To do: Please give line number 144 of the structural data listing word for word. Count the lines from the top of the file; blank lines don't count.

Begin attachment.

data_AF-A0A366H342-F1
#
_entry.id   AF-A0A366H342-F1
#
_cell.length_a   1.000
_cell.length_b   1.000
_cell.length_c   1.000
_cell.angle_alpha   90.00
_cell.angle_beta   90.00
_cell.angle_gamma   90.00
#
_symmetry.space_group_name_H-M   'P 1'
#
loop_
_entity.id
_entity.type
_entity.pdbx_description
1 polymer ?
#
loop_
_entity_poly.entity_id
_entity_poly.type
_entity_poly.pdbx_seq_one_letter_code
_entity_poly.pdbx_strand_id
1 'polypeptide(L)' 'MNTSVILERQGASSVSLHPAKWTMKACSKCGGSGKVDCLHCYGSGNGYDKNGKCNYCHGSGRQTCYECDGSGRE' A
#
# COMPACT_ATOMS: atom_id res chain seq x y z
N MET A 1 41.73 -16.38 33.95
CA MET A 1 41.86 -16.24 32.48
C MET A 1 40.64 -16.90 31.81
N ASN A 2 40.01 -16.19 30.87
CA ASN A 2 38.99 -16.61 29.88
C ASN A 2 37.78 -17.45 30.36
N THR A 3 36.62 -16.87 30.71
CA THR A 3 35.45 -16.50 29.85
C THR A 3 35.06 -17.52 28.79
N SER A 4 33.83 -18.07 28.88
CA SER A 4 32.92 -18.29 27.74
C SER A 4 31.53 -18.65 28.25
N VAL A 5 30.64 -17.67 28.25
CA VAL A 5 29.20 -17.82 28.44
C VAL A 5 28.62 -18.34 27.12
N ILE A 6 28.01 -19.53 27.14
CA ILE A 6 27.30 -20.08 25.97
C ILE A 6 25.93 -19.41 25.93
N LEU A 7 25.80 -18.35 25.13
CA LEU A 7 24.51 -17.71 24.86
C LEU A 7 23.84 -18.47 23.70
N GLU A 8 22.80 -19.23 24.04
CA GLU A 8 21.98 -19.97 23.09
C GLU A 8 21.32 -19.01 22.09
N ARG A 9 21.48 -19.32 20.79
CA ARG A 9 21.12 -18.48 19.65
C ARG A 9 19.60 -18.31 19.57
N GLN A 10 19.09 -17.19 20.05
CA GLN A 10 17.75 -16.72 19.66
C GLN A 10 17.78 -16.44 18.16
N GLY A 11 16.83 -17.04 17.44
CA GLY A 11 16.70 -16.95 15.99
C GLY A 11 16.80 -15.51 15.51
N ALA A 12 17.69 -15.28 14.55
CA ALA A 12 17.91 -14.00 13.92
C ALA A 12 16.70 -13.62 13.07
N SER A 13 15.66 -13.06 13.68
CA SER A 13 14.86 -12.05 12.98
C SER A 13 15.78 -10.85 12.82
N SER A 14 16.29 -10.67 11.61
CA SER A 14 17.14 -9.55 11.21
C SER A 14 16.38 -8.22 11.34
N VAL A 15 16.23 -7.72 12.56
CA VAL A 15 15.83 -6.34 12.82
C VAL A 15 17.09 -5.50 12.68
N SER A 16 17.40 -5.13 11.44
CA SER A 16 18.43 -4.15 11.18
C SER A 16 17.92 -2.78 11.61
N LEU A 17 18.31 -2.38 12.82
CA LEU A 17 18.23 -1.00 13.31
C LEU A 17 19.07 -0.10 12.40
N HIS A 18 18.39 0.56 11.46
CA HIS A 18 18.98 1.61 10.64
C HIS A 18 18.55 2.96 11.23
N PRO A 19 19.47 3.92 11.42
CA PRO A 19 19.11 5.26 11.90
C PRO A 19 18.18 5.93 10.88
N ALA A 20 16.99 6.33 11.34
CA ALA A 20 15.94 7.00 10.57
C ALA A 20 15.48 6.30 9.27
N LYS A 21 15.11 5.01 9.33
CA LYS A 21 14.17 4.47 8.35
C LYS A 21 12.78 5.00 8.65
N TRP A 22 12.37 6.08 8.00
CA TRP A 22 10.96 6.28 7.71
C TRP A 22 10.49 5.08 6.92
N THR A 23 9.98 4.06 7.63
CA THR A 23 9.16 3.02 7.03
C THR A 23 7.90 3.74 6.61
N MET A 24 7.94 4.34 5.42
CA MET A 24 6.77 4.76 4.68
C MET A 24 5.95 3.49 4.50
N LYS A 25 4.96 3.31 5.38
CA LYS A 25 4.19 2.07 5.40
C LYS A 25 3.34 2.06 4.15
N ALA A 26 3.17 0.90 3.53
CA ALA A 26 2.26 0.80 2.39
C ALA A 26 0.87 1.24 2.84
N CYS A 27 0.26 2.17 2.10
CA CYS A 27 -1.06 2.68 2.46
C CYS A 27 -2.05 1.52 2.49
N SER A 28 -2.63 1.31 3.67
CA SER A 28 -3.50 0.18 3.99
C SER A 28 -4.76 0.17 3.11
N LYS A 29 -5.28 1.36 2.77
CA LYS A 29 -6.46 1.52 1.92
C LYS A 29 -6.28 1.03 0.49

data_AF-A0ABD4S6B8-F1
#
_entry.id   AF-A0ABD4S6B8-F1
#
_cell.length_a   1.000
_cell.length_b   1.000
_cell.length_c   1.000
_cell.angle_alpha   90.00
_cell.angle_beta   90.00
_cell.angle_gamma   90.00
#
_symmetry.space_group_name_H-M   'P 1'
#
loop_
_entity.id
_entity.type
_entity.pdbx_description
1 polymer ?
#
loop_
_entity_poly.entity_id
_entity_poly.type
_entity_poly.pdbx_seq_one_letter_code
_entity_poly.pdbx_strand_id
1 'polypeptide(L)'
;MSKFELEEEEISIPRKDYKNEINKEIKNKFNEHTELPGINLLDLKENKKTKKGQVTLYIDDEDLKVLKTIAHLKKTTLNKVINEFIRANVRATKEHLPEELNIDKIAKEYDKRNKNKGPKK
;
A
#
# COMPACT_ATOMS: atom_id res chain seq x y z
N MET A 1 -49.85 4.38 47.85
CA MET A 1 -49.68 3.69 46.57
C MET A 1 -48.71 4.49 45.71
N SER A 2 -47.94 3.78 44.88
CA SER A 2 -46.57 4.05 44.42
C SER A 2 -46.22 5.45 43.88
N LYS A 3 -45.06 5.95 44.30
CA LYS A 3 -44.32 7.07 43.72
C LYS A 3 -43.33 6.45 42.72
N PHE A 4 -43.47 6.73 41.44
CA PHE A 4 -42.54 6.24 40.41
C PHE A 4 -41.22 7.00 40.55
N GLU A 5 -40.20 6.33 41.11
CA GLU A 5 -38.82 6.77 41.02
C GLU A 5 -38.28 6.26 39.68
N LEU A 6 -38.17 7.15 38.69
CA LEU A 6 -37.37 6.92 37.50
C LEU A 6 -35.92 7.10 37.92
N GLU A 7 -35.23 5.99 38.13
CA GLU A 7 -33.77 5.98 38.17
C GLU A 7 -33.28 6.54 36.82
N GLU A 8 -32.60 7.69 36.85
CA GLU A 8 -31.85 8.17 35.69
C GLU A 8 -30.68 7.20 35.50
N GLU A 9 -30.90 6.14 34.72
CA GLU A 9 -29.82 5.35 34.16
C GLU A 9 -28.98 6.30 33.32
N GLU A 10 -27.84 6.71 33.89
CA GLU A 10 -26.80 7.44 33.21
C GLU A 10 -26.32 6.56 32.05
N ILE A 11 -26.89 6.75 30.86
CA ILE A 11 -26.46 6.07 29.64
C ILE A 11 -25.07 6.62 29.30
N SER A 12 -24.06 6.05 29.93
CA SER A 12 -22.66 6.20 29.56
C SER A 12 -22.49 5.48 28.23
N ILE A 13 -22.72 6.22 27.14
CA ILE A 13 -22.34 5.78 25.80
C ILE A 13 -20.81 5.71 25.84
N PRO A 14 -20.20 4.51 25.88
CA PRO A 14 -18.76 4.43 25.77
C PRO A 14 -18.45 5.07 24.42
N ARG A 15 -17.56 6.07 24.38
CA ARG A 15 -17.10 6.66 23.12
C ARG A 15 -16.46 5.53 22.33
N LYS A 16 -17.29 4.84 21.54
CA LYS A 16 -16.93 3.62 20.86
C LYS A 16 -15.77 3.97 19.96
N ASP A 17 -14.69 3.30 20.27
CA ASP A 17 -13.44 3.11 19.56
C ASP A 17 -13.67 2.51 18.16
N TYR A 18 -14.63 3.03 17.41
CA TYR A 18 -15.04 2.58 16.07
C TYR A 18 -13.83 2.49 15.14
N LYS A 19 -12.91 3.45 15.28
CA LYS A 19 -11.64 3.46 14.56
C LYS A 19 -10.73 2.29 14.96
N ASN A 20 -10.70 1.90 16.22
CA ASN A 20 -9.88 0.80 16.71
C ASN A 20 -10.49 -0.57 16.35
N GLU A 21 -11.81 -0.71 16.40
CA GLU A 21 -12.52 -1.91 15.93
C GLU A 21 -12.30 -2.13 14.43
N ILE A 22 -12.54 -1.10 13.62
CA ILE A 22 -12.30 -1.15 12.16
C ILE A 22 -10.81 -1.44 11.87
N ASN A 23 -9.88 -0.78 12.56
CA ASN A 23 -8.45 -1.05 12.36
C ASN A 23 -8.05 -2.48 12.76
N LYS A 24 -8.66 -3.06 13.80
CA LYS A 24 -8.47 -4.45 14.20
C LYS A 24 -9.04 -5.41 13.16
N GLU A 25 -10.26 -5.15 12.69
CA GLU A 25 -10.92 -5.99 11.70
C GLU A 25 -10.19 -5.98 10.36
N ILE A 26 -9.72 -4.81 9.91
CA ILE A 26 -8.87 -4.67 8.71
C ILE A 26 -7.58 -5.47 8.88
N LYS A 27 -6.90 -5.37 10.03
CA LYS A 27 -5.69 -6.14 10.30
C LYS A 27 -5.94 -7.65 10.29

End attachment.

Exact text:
# COMPACT_ATOMS: atom_id res chain seq x y z